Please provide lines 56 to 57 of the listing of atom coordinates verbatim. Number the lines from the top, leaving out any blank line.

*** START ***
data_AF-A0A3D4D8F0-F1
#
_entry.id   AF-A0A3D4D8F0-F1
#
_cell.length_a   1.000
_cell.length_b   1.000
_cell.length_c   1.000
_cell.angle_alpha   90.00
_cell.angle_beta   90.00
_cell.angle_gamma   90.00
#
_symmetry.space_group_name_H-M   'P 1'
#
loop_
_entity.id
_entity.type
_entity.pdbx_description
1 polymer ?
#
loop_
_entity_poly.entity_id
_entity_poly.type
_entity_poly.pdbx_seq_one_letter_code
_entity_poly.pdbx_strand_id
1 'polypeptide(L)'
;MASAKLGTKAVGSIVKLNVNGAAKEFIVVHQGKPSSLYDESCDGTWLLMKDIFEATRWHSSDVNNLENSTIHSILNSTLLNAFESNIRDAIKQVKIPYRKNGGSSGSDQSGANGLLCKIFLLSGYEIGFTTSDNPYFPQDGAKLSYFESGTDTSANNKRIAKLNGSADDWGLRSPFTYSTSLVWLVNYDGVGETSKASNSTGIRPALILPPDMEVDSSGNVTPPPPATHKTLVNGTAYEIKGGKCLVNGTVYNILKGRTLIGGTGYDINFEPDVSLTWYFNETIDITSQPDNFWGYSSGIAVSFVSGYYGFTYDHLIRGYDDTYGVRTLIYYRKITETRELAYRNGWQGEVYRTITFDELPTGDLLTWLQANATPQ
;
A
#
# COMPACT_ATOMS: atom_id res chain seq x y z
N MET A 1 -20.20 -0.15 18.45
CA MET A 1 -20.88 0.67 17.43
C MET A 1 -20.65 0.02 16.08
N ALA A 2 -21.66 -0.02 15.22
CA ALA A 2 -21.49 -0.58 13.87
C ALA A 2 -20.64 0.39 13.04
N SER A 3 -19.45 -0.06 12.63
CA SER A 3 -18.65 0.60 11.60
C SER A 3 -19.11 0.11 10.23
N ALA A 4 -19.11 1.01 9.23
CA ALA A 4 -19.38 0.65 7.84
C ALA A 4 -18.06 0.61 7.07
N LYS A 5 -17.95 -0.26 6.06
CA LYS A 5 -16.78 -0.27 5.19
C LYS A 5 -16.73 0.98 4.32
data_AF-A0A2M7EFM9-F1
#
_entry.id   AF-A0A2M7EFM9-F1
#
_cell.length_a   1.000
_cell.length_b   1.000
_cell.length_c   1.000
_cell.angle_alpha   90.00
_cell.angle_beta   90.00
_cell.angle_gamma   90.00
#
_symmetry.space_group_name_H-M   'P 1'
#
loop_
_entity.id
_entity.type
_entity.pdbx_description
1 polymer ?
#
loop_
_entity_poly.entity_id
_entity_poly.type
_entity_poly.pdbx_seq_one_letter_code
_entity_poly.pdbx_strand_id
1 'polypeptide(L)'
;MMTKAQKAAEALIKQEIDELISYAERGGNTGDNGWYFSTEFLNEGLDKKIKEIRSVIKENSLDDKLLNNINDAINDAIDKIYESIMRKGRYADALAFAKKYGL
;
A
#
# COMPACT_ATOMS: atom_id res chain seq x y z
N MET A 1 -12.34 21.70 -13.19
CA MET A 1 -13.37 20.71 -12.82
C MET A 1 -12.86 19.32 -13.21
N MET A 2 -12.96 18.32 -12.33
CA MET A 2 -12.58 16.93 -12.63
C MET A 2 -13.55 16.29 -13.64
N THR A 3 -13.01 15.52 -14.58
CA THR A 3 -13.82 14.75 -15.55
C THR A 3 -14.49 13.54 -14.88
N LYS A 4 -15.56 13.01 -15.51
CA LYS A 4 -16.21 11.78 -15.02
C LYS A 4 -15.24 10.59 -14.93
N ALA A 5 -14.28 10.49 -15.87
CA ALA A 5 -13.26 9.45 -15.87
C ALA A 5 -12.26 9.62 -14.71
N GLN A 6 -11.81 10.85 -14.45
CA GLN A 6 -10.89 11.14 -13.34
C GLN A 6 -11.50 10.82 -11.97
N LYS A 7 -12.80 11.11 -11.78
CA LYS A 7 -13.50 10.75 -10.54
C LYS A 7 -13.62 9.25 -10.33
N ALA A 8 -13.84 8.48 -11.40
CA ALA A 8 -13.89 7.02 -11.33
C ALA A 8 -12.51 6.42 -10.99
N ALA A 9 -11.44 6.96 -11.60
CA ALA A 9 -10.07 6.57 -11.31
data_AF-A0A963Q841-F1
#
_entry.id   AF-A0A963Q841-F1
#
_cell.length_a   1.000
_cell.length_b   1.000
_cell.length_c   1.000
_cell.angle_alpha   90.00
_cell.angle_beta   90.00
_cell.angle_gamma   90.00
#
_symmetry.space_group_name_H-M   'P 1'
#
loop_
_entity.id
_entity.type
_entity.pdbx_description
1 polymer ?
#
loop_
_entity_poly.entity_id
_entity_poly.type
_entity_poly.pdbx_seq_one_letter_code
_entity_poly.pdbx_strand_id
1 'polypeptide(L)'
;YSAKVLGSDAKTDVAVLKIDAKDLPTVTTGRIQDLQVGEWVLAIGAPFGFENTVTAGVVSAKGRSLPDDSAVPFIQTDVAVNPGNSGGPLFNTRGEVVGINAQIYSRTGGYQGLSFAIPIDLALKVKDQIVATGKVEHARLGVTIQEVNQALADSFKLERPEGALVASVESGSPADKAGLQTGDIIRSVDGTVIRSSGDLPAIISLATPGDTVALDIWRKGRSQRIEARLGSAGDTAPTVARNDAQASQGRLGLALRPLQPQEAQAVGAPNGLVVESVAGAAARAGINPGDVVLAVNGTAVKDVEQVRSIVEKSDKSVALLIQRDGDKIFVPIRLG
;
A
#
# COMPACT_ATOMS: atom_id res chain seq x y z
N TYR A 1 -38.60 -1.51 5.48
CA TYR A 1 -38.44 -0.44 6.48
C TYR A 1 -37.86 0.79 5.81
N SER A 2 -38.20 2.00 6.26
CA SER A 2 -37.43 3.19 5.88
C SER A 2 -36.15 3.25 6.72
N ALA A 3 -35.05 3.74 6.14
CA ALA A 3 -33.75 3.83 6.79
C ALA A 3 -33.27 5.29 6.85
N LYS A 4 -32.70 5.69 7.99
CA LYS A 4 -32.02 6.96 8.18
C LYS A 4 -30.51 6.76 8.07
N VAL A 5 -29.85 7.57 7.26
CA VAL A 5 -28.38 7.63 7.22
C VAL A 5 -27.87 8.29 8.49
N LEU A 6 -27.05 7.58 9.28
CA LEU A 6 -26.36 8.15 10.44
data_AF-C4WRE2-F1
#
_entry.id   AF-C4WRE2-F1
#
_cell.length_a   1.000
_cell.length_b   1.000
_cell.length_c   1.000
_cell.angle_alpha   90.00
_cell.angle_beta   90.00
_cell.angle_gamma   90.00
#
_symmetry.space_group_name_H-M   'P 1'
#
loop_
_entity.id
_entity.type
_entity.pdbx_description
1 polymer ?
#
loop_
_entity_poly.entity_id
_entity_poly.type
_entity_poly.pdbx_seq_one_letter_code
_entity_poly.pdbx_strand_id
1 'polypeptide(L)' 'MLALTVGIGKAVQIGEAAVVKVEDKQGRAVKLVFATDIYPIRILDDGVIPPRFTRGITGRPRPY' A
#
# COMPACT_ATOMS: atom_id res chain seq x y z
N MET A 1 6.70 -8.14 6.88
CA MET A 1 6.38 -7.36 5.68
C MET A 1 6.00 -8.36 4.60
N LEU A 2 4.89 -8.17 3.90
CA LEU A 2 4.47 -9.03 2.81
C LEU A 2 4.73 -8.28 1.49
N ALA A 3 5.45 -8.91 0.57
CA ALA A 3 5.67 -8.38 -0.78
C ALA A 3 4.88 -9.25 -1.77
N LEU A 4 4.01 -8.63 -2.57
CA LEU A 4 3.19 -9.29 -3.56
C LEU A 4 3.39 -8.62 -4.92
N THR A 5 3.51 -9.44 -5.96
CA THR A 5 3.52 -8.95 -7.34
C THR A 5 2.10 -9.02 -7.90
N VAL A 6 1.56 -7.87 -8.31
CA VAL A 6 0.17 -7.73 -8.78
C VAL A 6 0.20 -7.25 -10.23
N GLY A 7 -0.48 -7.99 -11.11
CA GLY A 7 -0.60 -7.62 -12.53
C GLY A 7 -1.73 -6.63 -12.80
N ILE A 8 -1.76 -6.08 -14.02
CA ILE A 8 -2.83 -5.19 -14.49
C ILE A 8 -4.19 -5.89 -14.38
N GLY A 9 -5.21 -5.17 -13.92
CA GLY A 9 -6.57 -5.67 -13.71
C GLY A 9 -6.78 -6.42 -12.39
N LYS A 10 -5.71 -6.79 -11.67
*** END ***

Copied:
#
_symmetry.space_group_name_H-M   'P 1'